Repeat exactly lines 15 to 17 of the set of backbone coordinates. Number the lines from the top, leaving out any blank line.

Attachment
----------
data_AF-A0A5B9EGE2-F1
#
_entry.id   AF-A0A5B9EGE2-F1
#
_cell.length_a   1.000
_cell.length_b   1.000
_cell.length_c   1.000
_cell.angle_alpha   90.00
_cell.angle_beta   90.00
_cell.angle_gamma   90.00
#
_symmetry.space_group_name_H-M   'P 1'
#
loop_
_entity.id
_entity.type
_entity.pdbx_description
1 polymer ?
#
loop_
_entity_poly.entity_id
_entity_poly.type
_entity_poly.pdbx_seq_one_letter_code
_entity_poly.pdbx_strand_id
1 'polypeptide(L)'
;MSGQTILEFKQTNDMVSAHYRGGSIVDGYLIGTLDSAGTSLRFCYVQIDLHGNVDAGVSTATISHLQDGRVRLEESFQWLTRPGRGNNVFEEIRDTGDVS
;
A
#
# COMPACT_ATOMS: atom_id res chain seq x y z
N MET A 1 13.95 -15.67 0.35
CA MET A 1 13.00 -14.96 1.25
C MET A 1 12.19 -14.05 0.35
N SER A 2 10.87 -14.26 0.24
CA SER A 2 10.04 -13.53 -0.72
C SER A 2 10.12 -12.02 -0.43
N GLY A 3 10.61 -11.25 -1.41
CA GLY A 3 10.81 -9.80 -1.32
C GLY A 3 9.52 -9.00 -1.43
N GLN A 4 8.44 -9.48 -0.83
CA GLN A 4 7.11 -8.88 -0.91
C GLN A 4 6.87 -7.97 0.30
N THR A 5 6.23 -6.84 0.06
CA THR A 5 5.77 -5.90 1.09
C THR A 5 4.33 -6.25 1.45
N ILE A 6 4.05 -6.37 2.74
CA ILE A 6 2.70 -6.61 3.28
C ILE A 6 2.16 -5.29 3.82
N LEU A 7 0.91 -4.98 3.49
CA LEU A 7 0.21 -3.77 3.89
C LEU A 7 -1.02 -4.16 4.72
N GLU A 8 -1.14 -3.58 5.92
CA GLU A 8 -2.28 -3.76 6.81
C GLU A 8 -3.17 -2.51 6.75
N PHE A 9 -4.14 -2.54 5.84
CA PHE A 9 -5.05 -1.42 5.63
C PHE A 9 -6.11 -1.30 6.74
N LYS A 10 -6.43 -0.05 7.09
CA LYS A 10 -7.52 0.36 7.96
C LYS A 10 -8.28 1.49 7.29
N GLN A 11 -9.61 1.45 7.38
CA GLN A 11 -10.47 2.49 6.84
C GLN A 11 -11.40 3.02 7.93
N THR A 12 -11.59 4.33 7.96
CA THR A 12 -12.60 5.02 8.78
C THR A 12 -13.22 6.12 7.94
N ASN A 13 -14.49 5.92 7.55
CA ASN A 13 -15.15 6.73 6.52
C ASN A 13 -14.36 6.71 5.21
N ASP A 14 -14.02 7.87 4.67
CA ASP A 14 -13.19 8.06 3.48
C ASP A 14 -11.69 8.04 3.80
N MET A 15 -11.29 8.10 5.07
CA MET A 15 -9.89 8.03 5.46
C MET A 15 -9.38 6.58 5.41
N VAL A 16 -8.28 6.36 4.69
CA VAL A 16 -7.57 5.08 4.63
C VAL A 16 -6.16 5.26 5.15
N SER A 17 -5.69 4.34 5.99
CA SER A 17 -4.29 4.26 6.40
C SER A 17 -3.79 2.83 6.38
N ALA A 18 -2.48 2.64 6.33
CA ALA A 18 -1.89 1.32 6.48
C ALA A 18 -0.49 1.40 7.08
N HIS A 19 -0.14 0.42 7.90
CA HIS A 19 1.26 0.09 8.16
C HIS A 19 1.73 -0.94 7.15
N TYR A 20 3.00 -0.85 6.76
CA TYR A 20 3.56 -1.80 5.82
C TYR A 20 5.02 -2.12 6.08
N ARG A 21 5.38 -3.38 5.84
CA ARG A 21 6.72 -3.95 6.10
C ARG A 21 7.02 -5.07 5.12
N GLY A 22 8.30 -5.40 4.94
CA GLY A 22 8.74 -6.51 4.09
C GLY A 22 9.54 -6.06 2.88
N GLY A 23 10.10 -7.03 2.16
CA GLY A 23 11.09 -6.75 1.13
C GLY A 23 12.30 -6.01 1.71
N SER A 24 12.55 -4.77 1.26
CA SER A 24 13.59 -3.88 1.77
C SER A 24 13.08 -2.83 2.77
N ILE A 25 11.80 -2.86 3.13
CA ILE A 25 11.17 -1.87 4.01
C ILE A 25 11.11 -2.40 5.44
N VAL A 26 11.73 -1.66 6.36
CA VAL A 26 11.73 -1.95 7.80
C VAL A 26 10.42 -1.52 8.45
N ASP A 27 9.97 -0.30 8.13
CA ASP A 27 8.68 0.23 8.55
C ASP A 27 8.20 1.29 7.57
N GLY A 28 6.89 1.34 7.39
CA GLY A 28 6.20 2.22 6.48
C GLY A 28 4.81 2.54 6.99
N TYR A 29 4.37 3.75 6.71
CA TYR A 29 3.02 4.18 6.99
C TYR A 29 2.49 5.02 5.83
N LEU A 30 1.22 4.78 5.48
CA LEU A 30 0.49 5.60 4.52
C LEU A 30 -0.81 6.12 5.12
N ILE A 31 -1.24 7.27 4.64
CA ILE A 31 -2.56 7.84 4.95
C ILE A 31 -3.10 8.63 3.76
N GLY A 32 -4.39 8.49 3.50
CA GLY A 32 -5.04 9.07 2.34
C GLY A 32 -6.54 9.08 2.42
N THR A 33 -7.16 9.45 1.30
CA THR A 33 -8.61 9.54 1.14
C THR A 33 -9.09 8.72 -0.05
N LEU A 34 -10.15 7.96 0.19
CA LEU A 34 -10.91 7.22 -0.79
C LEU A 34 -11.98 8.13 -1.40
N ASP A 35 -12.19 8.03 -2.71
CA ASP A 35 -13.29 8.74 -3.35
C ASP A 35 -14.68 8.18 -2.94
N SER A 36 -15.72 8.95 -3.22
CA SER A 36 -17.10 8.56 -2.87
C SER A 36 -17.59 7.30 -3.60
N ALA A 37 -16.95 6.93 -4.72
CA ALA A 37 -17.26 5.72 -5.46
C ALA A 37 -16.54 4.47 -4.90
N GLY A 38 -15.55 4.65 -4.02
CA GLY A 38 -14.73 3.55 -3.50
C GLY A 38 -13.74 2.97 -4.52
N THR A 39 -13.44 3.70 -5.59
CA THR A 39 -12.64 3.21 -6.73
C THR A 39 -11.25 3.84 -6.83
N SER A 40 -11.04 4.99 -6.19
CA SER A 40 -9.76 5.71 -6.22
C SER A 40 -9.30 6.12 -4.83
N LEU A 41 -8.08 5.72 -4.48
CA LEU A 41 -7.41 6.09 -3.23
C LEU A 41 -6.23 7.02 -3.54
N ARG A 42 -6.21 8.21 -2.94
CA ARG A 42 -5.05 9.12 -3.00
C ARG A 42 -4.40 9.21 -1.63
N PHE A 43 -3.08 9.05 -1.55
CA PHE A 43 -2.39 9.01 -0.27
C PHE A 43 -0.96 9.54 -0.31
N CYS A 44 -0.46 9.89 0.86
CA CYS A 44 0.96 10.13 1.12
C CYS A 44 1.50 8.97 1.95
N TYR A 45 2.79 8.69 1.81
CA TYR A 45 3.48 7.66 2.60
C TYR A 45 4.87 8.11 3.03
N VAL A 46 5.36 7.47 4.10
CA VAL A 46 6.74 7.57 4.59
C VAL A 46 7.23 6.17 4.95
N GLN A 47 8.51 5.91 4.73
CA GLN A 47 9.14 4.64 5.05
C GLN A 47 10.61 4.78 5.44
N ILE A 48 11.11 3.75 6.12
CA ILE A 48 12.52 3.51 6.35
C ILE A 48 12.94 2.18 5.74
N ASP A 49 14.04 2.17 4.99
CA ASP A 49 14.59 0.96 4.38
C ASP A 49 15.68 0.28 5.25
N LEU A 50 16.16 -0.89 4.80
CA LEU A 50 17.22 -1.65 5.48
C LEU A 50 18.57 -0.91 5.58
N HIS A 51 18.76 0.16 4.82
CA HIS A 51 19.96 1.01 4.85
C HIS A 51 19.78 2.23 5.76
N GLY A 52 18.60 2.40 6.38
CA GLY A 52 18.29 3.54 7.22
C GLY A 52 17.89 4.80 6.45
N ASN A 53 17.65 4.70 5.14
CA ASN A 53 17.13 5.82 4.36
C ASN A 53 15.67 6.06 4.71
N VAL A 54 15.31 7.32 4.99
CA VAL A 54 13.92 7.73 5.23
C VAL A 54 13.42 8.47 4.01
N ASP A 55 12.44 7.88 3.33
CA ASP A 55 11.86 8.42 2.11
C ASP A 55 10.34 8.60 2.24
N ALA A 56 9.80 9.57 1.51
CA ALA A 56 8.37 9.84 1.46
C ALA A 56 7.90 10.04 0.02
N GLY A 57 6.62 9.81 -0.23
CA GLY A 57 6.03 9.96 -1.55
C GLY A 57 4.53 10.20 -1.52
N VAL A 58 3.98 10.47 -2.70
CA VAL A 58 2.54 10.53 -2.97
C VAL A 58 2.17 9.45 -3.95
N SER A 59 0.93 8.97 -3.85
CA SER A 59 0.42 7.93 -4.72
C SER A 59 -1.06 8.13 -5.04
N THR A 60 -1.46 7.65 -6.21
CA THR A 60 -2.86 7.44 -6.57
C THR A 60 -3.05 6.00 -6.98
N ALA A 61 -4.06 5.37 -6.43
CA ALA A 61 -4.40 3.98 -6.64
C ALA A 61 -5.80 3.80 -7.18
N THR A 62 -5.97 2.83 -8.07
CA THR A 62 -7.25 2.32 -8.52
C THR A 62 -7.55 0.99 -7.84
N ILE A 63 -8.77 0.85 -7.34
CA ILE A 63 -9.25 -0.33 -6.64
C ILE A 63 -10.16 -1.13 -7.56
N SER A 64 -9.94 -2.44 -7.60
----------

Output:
_entity.id
_entity.type
_entity.pdbx_description